You are here

Manchester’s Education Task Force Goes Digital

Printer-friendly versionPDF version

Folks at the Manchester Community Visit Choose Education as a Key Priority

Last year, VCRD completed a 6-month Community Visit in the southern Vermont town of Manchester. This process helped Manchester residents whittle 22 issues and ideas about how to focus community efforts to build a better Manchester by 2020 into four priorities for future action.

One of these priorities is to Attract Higher Education Opportunities. The community agreed that “Manchester needs higher education courses…to attract and retain creative young people, provide post-high school vocational training, support hospitality business needs, encourage small tech business development, and enrich the life-long learning of adults in town.”

Although the task force was originally created to work to attract a higher education institution to place a satellite location in town, a survey of educational opportunities already available revealed that Manchester already has a lot to offer, but folks just were not aware of what there is.

After conducting a comprehensive search, the task force realized that their task was not necessarily to attract higher education opportunities, but instead to raise awareness for the many opportunities that abound for higher education in the greater Manchester area. The task force knew that digital tools would play a critical role in creating this visibility, and, as the Director of the Vermont Digital Economy Project, I was happy to lend my experiences to help Manchester develop a plan to promote the many educational opportunities already around.

For example, the Bennington campus of the Community College of Vermont (CCV Bennington) is less than 30 minutes away, the Green Mountain Academy for Lifelong Learning is based in nearby Dorset, The Tutorial Center is in Manchester, and the Mark Skinner Library is extremely active in hosting and offering other free educational programs to Manchester residents. Combined, these organizations offer folks in the area a range of learning opportunities from tutoring to hobby development to degree programs. In addition, Bennington College, Southern Vermont College, Castleton State College, Green Mountain College, and the College of St. Joseph offer classes from continuing education through graduate degree programs and are all an easy commute from this southern Vermont community.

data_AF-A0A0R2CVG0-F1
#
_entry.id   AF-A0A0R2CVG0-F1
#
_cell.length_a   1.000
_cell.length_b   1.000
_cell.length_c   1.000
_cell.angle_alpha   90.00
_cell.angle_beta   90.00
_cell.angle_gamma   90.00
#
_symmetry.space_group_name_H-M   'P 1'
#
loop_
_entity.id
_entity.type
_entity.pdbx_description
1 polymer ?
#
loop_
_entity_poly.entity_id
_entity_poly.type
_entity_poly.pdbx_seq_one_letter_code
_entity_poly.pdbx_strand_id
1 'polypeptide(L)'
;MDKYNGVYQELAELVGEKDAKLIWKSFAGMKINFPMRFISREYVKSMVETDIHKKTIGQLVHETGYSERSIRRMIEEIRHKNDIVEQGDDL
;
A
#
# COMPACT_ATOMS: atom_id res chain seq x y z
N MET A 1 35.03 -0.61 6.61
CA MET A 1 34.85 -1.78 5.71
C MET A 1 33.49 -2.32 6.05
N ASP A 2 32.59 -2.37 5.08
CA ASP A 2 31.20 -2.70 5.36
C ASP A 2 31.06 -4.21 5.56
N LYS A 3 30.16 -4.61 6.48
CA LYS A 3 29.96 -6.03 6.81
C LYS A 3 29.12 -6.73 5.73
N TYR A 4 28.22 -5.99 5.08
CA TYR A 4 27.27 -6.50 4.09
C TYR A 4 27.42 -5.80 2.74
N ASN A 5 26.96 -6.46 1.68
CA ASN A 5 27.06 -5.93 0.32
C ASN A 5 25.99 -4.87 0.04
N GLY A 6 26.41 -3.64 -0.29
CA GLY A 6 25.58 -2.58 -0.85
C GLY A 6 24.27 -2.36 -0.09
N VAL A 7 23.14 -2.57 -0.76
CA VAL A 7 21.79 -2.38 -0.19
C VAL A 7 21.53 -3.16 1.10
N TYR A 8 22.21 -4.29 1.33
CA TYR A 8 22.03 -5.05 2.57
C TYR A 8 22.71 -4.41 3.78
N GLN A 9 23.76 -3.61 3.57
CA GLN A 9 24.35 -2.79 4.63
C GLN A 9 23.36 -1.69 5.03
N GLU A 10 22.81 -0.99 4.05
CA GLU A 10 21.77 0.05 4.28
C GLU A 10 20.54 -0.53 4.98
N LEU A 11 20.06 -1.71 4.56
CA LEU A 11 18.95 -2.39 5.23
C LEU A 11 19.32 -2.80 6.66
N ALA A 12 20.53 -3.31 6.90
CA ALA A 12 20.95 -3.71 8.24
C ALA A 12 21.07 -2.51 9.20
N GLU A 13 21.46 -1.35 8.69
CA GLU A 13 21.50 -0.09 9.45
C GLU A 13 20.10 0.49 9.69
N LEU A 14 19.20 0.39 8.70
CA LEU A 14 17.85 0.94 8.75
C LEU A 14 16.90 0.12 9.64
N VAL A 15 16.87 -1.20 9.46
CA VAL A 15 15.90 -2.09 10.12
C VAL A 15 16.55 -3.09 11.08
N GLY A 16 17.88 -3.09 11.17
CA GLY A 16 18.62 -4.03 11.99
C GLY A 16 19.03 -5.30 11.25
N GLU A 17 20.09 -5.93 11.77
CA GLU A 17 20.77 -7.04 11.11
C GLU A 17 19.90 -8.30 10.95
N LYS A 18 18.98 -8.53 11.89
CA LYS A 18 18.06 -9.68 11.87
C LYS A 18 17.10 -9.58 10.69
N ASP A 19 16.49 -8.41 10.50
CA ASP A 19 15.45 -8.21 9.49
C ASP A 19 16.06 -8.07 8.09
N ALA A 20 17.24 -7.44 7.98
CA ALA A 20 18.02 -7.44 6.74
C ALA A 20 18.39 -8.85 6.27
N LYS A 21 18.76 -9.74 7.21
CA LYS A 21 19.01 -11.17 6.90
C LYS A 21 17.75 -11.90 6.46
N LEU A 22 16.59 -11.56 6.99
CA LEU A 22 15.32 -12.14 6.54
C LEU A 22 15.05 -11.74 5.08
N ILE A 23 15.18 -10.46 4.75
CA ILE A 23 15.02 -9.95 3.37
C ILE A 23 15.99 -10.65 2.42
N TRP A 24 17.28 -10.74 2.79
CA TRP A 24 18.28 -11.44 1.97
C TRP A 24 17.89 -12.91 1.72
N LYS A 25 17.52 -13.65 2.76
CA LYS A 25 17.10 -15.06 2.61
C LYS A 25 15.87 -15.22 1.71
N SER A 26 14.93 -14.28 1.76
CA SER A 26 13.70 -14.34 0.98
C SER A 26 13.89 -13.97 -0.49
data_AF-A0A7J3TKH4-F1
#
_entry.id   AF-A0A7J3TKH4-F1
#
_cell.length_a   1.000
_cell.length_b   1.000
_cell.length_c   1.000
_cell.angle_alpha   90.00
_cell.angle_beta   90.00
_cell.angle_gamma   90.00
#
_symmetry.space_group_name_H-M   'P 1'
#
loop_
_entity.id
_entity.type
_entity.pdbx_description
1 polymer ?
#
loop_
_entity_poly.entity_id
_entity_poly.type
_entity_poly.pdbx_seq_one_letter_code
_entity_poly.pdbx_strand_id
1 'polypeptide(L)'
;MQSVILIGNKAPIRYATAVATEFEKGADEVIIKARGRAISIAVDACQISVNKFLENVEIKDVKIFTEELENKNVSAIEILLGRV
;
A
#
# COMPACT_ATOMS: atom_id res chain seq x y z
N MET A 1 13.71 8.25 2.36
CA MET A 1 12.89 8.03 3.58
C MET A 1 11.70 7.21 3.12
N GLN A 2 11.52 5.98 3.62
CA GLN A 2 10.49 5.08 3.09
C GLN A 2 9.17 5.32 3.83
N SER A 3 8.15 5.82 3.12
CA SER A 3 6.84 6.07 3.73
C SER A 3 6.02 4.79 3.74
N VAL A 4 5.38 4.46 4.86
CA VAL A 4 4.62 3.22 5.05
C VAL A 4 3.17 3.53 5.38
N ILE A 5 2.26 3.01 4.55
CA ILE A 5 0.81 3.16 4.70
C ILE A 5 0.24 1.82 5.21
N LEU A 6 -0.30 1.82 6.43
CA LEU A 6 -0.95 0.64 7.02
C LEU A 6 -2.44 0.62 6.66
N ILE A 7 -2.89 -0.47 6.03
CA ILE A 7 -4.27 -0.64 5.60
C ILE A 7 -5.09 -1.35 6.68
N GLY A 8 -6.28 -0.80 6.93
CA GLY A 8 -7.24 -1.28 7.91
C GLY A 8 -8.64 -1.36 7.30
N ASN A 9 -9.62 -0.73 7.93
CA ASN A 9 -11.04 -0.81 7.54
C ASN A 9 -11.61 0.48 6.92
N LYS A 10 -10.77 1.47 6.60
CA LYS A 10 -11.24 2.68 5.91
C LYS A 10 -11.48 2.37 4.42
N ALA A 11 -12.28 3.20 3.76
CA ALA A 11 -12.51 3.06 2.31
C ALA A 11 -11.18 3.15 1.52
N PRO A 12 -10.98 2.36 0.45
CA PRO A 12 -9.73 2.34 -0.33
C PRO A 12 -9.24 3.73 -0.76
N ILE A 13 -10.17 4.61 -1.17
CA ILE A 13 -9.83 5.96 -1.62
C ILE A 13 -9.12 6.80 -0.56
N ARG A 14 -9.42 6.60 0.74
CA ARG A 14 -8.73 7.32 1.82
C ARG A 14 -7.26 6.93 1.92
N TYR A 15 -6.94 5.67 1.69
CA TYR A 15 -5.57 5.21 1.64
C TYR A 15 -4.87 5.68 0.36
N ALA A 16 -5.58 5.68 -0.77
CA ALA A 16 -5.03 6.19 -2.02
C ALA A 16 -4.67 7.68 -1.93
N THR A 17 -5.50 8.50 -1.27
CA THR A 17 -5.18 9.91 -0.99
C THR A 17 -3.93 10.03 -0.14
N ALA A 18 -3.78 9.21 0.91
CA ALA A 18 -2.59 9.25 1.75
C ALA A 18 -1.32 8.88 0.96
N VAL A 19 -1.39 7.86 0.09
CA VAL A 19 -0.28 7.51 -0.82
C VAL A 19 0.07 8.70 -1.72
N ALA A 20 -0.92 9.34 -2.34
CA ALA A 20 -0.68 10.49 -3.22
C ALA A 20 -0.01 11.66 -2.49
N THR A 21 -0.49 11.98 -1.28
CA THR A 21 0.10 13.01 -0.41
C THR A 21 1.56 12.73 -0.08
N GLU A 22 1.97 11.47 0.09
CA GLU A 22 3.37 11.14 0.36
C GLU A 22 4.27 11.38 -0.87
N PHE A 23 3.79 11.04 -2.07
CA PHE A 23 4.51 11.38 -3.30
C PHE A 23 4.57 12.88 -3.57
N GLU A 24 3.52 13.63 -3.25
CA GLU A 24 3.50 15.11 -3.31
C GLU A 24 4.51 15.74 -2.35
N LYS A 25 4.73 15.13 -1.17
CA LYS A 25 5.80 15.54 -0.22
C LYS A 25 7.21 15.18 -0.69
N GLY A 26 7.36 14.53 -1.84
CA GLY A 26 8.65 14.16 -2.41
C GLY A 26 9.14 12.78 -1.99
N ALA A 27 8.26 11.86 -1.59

This led Jen Hyatt, chair of the task force and Academic Dean at Burr and Burton Academy, to note that “our immediate goal is to build a dynamic and interactive ‘learning’ web presence, which could serve as a central hub and database for area educational resources—a place where people could seek information, look for programs, request a course, and potentially offer one.”

The task force is already using a Wikispace to share information -- in a closed web-based forum hosted in the cloud -- across the diverse members of the group. Team members include representatives from CCV Bennington, Green Mountain Academy for Lifelong Learning, The Tutorial Center, Greater Northshire Access Television, Southern Vermont Arts Center, Burr and Burton Academy, Manchester Music Festival, The Collaborative, Northshire Bookstore, and Mark Skinner Library, among other local champions of higher education. Through Wikispace, they can all access team documents and share information, no matter where they happen to be.

Leveraging digital tools advising from the Vermont Digital Economy Project, the team is also exploring ways to incorporate a search engine into a new website, most likely using the WordPress platform, so that the site will be easy to update and maintain. The site will provide institution-specific information with links to each. However, it is most important that it be a user-friendly resource for local end-consumers of education.

After the site is up-and-running, the next step will be to promote the site and “brand Manchester as learning community – not just locally. If we can help a wide audience access the plethora of programs that we do offer, help each educational organization remain financially viable, share marketing resources, and open up new educational opportunities in Manchester, we will have accomplished something,” explains Jen Hyatt.

Our project is honored to work with the Manchester 2020 Higher Education Task Force to help them leverage digital tools, both to create a central online resource for learners and institutions, and to market Manchester’s educational opportunities to the local community and beyond.

Digital Economy Project Categorization: